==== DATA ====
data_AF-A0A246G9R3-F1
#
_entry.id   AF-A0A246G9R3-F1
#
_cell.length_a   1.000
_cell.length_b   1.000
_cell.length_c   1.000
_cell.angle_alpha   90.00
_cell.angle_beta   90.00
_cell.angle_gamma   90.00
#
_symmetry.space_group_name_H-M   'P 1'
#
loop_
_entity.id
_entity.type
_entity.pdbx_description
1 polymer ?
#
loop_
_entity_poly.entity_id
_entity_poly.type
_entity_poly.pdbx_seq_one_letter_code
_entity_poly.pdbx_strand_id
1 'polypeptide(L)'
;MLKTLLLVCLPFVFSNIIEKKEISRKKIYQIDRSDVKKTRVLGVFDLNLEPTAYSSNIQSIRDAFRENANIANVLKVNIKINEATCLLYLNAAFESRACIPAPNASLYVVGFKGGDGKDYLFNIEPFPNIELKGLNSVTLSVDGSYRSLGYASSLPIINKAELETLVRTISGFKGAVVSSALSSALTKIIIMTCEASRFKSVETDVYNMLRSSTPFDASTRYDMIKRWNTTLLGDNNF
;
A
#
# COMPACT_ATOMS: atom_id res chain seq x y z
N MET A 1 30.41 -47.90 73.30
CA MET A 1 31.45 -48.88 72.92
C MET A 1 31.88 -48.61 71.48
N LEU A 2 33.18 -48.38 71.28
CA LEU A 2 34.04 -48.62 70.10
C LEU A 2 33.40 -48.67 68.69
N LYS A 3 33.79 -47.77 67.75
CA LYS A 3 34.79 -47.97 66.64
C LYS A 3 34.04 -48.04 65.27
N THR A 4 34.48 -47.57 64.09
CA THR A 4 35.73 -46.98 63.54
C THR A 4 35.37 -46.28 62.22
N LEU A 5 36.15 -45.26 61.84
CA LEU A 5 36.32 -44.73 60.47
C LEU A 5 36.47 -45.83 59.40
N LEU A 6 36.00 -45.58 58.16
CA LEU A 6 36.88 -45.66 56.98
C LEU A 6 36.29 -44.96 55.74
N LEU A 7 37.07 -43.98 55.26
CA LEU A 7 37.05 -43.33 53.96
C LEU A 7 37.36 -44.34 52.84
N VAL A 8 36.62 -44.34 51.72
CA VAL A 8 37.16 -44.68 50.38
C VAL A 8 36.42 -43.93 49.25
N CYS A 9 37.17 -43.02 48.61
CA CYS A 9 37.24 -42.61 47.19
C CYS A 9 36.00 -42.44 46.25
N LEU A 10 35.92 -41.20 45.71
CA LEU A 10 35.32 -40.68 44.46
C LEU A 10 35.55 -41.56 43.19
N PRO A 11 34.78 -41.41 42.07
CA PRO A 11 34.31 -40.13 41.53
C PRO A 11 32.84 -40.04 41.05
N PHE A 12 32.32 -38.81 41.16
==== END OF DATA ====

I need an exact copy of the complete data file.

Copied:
data_AF-A0A246G9R3-F1
#
_entry.id   AF-A0A246G9R3-F1
#
_cell.length_a   1.000
_cell.length_b   1.000
_cell.length_c   1.000
_cell.angle_alpha   90.00
_cell.angle_beta   90.00
_cell.angle_gamma   90.00
#
_symmetry.space_group_name_H-M   'P 1'
#
loop_
_entity.id
_entity.type
_entity.pdbx_description
1 polymer ?
#
loop_
_entity_poly.entity_id
_entity_poly.type
_entity_poly.pdbx_seq_one_letter_code
_entity_poly.pdbx_strand_id
1 'polypeptide(L)'
;MLKTLLLVCLPFVFSNIIEKKEISRKKIYQIDRSDVKKTRVLGVFDLNLEPTAYSSNIQSIRDAFRENANIANVLKVNIKINEATCLLYLNAAFESRACIPAPNASLYVVGFKGGDGKDYLFNIEPFPNIELKGLNSVTLSVDGSYRSLGYASSLPIINKAELETLVRTISGFKGAVVSSALSSALTKIIIMTCEASRFKSVETDVYNMLRSSTPFDASTRYDMIKRWNTTLLGDNNF
;
A
#
# COMPACT_ATOMS: atom_id res chain seq x y z
N MET A 1 30.41 -47.90 73.30
CA MET A 1 31.45 -48.88 72.92
C MET A 1 31.88 -48.61 71.48
N LEU A 2 33.18 -48.38 71.28
CA LEU A 2 34.04 -48.62 70.10
C LEU A 2 33.40 -48.67 68.69
N LYS A 3 33.79 -47.77 67.75
CA LYS A 3 34.79 -47.97 66.64
C LYS A 3 34.04 -48.04 65.27
N THR A 4 34.48 -47.57 64.09
CA THR A 4 35.73 -46.98 63.54
C THR A 4 35.37 -46.28 62.22
N LEU A 5 36.15 -45.26 61.84
CA LEU A 5 36.32 -44.73 60.47
C LEU A 5 36.47 -45.83 59.40
N LEU A 6 36.00 -45.58 58.16
CA LEU A 6 36.88 -45.66 56.98
C LEU A 6 36.29 -44.96 55.74
N LEU A 7 37.07 -43.98 55.26
CA LEU A 7 37.05 -43.33 53.96
C LEU A 7 37.36 -44.34 52.84
N VAL A 8 36.62 -44.34 51.72
CA VAL A 8 37.16 -44.68 50.38
C VAL A 8 36.42 -43.93 49.25
N CYS A 9 37.17 -43.02 48.61
CA CYS A 9 37.24 -42.61 47.19
C CYS A 9 36.00 -42.44 46.25
N LEU A 10 35.92 -41.20 45.71
CA LEU A 10 35.32 -40.68 44.46
C LEU A 10 35.55 -41.56 43.19
N PRO A 11 34.78 -41.41 42.07
CA PRO A 11 34.31 -40.13 41.53
C PRO A 11 32.84 -40.04 41.05
N PHE A 12 32.32 -38.81 41.16